What do pregnant women think about the HIV test? A qualitative study.
Before any new antenatal screening test is introduced, the opinions of pregnant women should be considered. This is particularly relevant with HIV testing. This qualitative study reports the views of 29 women attending an antenatal clinic in a large maternity hospital in Scotland where a trial of different ways of offering HIV testing on a universal, voluntary basis occurred. Women were in favour of a test offer, although they did not necessarily wish to accept testing for themselves. Generally they were more worried about having an unhealthy baby. There was a commonly held view that routine testing would cause less anxiety because it would eliminate the stigma of saying yes to testing. A move towards the HIV test being recommended to pregnant women as opposed to merely offered is likely to be acceptable, would probably increase uptake rates and should therefore be assessed.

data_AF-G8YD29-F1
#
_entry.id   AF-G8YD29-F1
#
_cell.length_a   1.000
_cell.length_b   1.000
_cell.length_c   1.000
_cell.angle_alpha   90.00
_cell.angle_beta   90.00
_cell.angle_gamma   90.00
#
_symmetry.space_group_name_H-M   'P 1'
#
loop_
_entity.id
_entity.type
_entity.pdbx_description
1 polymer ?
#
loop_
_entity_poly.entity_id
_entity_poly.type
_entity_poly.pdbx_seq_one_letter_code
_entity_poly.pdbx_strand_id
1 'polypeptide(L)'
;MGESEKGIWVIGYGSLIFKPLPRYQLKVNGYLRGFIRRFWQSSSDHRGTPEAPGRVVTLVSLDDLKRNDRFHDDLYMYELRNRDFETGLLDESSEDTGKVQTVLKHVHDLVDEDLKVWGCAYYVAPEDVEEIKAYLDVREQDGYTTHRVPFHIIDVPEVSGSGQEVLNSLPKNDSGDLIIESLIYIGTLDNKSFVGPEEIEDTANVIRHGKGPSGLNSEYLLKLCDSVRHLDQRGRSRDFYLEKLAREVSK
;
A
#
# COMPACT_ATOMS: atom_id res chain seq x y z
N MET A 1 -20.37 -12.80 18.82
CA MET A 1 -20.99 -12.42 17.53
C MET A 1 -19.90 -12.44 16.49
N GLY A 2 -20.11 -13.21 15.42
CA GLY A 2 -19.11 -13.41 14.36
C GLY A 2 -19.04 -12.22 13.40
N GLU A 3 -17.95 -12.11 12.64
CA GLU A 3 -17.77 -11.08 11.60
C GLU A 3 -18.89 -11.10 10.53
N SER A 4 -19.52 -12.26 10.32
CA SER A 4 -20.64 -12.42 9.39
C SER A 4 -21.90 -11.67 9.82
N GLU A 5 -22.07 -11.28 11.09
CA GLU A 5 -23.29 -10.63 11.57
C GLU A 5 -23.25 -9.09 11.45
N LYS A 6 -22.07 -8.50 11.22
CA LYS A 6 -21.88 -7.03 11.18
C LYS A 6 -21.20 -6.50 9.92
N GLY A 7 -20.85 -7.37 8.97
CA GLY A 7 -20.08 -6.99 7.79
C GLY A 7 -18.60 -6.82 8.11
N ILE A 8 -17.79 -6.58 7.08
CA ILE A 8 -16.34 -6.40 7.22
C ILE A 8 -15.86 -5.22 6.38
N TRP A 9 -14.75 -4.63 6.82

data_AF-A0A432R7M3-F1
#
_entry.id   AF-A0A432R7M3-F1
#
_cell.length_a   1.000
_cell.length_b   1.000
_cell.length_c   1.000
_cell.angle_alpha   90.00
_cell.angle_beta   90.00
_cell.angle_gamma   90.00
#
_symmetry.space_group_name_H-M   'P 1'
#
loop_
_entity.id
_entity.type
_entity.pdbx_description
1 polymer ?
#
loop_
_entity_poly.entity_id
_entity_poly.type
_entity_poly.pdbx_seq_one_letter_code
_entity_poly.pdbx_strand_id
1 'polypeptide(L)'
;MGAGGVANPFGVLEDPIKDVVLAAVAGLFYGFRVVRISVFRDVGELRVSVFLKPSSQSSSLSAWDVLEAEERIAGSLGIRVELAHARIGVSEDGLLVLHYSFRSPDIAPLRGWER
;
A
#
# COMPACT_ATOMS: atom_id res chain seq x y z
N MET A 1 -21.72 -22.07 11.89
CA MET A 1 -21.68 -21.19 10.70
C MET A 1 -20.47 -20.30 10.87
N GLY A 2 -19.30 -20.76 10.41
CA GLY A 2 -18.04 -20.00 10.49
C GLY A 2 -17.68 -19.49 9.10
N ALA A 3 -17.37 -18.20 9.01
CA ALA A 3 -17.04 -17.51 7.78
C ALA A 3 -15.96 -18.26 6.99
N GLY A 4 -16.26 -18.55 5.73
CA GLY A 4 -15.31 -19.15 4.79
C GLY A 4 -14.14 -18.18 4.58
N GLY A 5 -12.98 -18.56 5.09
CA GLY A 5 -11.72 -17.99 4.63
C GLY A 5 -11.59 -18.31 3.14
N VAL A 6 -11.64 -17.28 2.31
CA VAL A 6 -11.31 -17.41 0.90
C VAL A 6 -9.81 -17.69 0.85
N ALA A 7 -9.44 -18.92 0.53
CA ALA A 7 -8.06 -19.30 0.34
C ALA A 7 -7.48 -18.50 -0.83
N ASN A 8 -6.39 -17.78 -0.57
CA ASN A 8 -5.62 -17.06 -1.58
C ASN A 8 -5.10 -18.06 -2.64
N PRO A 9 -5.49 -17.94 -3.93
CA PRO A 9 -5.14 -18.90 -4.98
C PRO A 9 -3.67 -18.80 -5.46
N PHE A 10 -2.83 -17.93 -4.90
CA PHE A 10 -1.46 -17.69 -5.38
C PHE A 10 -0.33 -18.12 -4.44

|Title:||What do pregnant women think about the HIV test? A qualitative study.|
|Keywords:||Empirical Approach, Genetics and Reproduction, Health Care and Public Health, AIDS Serodiagnosis, Adult, Attitude to Health, Female, HIV Infections, Humans, Mass Screening, Pregnancy, Prenatal Diagnosis, Questionnaires|
|UCL classification:||UCL > School of Life and Medical Sciences
UCL > School of Life and Medical Sciences > Faculty of Population Health Sciences
UCL > School of Life and Medical Sciences > Faculty of Population Health Sciences > Institute for Global Health
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